Rules in iptables are grouped into chains. A chain is a set of rules for IP packets, determining what to do with them. Each rule can possibly dump the packet out of the chain (short-circuit), and further chains are not considered. A chain may contain a link to another chain – if either the packet passes through that entire chain or matches a RETURN target rule it will continue in the first chain. There is no limit to how many nested chains there can be. There are three basic chains (INPUT, OUTPUT, and FORWARD), and the user can create as many as desired. A rule can merely be a pointer to a chain.


There are three built-in tables, each of which contains some predefined chains. It is possible for extension modules to create new tables. The administrator can create and delete user-defined chains within any table. Initially, all chains are empty and have a policy target that allows all packets to pass without being blocked or altered in any fashion.

  • filter table — This table is responsible for filtering (blocking or permitting a packet to proceed). Every packet passes through the filter table. It contains the following predefined chains, and any packet will pass through one of them:
    • INPUT chain — All packets destined for this system go through this chain (hence sometimes referred to as LOCAL_INPUT)
    • OUTPUT chain — All packets created by this system go through this chain (aka. LOCAL_OUTPUT)
    • FORWARD chain — All packets merely passing through the system (being routed) go through this chain.
  • nat table — This table is responsible for setting up the rules for rewriting packet addresses or ports. The first packet in any connection passes through this table: any verdicts here determine how all packets in that connection will be rewritten. It contains the following predefined chains:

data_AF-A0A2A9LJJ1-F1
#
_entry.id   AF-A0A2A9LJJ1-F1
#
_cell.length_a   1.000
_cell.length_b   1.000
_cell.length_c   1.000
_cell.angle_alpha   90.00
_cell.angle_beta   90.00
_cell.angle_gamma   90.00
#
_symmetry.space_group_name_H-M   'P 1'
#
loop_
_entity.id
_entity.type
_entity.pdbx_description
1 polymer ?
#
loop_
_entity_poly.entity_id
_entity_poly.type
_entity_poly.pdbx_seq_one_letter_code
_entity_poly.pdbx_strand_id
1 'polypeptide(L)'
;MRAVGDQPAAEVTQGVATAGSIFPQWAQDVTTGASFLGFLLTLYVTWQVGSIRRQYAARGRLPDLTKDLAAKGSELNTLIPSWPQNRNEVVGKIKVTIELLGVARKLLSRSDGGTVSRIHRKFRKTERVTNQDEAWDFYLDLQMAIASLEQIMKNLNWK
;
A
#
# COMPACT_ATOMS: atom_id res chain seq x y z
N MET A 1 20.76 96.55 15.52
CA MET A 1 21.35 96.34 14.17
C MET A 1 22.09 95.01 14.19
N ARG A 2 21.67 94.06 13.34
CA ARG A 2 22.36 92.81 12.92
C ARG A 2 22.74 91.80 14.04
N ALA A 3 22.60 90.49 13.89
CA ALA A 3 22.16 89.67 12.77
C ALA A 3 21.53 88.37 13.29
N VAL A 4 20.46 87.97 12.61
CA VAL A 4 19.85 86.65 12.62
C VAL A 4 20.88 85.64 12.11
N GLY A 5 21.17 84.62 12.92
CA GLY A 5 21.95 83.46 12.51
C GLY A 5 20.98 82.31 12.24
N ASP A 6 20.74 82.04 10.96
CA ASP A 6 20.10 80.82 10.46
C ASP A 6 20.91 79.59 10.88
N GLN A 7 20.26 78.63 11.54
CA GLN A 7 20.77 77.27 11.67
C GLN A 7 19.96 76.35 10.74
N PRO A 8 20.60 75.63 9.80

• PREROUTING chain — Incoming packets pass through this chain before the local routing table is consulted, primarily for DNAT (destination-NAT).
    • POSTROUTING chain — Outgoing packets pass through this chain after the routing decision has been made, primarily for SNAT (source-NAT).
    • OUTPUT chain — Allows limited DNAT on locally-generated packets
  • mangle table — This table is responsible for adjusting packet options, such as quality of service. All packets pass through this table. Because it is designed for advanced effects, it contains all the possible predefined chains:
    • PREROUTING chain — All packets entering the system in any way, before routing decides whether the packet is to be forwarded (FORWARD chain) or is destined locally (INPUT chain).
    • INPUT chain — All packets destined for this system go through this chain
    • FORWARD chain — All packets merely passing through the system go through this chain.
    • OUTPUT chain — All packets created by this system go through this chain
    • POSTROUTING chain — All packets leaving the system go through this chain.

In addition to the built-in chains, the user can create any number of user-defined chains within each table, which allows them to group rules logically.

Each chain contains a list of rules. When a packet is sent to a chain, it is compared against each rule in the chain in order. The rule specifies what properties the packet must have for the rule to match, such as the port number or IP address. If the rule does not match then processing continues with the next rule. If, however, the rule does match the packet, then the rule’s target instructions are followed (and further processing of the chain is usually aborted). Some packet properties can only be examined in certain chains (for example, the outgoing network interface is not valid in the INPUT chain). Some targets can only be used in certain chains, and/or certain tables (for example, the SNAT target can only be used in the POSTROUTING chain of the nat table).